When Sen. John Cornyn, R-Texas, pressed Jackson on the legal concept of substantive due process being used by the Court to invalidate state laws and create enumerated rights, Jackson affirmed that judges are not policymakers. She said that they interpret the laws, not make them, but defended the substantive due process usage as to how the Supreme Court has interpreted the 14th Amendment and has set guidelines for its use.

Jackson faced sharp criticism from Texas Republican Sen. Ted Cruz who questioned her on possible ties to Critical Race Theory (CRT). One line of questioning centered on the use of a book titled “Antiracist Baby” used by Georgetown Day School, where Jackson serves on the board of trustees. She answered, “I do not believe that any child should be made to feel as though they are racist,” or oppressors. She added that she did not know if CRT is taught at the school as the board doesn’t control this. She claimed she did not use CRT in her rulings and was not familiar with it.

Her response was questioned by many who follow CRT issues, including investigative journalist Christopher Rufo, who tweeted, “Ketanji Brown Jackson told @tedcruz she has ‘never studied critical race theory,’ but she has cited the founder of critical race theory, Derrick Bell, and endorsed its core concepts, including white privilege and intersectionality, in her speeches. She is lying.”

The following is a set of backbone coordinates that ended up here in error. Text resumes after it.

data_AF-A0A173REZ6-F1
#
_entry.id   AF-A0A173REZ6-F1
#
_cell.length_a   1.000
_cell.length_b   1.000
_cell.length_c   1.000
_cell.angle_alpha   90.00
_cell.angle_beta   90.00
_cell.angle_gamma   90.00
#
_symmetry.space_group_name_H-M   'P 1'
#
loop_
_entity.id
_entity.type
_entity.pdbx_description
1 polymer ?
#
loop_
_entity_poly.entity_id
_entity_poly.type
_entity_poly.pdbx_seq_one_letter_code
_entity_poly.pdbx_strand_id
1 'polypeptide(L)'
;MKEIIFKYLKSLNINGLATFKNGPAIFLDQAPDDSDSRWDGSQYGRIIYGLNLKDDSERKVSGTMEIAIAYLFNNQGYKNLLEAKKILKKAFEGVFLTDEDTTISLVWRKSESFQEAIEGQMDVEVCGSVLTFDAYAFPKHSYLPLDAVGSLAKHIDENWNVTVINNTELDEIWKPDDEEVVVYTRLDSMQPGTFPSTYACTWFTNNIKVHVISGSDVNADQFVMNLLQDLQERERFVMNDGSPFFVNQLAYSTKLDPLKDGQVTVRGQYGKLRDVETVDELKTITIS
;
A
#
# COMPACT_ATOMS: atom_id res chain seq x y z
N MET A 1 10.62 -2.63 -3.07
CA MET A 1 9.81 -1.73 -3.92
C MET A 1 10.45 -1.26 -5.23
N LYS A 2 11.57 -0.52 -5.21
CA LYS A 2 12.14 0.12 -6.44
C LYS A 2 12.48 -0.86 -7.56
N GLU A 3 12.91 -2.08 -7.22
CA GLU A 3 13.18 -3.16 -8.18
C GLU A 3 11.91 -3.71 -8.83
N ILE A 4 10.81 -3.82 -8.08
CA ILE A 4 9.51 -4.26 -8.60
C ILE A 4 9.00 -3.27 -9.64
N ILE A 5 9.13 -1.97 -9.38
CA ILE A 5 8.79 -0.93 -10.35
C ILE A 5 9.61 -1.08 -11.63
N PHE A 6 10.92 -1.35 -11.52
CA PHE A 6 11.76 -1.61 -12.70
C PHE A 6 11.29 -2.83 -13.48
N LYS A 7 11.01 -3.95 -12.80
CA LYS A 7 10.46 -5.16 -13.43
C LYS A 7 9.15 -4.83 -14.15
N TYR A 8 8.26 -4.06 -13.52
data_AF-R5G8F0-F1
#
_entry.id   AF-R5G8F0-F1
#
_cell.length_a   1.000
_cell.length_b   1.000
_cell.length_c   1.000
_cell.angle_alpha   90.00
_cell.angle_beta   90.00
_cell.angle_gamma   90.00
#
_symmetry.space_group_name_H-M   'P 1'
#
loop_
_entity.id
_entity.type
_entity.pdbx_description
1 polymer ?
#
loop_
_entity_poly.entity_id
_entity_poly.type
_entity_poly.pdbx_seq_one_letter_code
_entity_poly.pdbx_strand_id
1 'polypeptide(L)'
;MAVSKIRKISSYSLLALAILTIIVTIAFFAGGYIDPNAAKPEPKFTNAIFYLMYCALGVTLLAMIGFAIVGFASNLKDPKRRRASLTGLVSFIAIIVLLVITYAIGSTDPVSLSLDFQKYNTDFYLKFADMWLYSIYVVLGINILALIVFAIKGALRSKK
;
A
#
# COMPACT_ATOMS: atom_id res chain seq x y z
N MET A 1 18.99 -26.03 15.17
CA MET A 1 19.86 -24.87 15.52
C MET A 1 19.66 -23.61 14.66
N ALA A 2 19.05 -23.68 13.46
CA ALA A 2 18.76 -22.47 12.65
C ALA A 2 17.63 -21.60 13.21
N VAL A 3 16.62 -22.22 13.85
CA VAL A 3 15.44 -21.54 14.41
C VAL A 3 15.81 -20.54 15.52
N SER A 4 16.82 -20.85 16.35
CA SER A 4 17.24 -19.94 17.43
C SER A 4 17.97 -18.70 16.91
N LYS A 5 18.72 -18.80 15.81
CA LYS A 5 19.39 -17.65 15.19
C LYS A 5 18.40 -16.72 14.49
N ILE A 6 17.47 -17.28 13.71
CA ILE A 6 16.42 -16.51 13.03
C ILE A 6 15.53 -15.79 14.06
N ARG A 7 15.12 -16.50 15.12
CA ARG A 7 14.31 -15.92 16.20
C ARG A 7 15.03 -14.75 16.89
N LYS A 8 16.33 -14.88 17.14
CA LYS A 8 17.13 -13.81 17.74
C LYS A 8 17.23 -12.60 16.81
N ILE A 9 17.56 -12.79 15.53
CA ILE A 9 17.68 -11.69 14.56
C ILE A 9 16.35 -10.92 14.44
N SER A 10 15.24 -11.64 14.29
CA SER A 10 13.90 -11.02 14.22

Perhaps the most high-profile dispute of the hearings was over Jackson’s sentencing of child pornography perpetrators. Republicans claimed that she was overly lenient and granted a punishment lower than the government requested in every case in which she had discretion. Democrats claimed she is within the mainstream on sentencing, and Sen. Chris Coons, D-Del., named three cases in which Jackson gave the sentence the government asked for, including one for 20 years. 

Jackson, somewhat emotionally, defended her record, claiming that she adhered to the sentencing guidelines handed down by Congress and the evidence of the case and that the U.S. Sentencing Commission was adjusting to this heinous problem that has morphed with the expansion of the Internet.

However, Sen. Josh Hawley, R-Mo., pressed her to explain her reasoning on specific cases. He brought up one case in which Judge Jackson gave an 18-year-old defendant in possession of what the government characterized as “an extremely large collection of child pornography” a prison sentence of just 3 months, when prosecutors asked for 24 months.

Hawley recited her own words back to her that took place during the sentencing in which Jackson said this “appeared to be a case” where the defendant was “fascinated by sexual images involving what were essentially your peers” and that the defendant was “merely trying to satisfy his curiosity” and “you were viewing sex acts between children who were not much younger than you.”

Hawley responded: “Judge, he was 18, these kids are 8. I don’t see in what sense they’re peers…. and that’s somehow a reason to only give him three months. Help me understand this.”

The confirmation hearings and questioning of Judge Jackson were still going on at 10 p.m. Tuesday and will resume on Wednesday morning.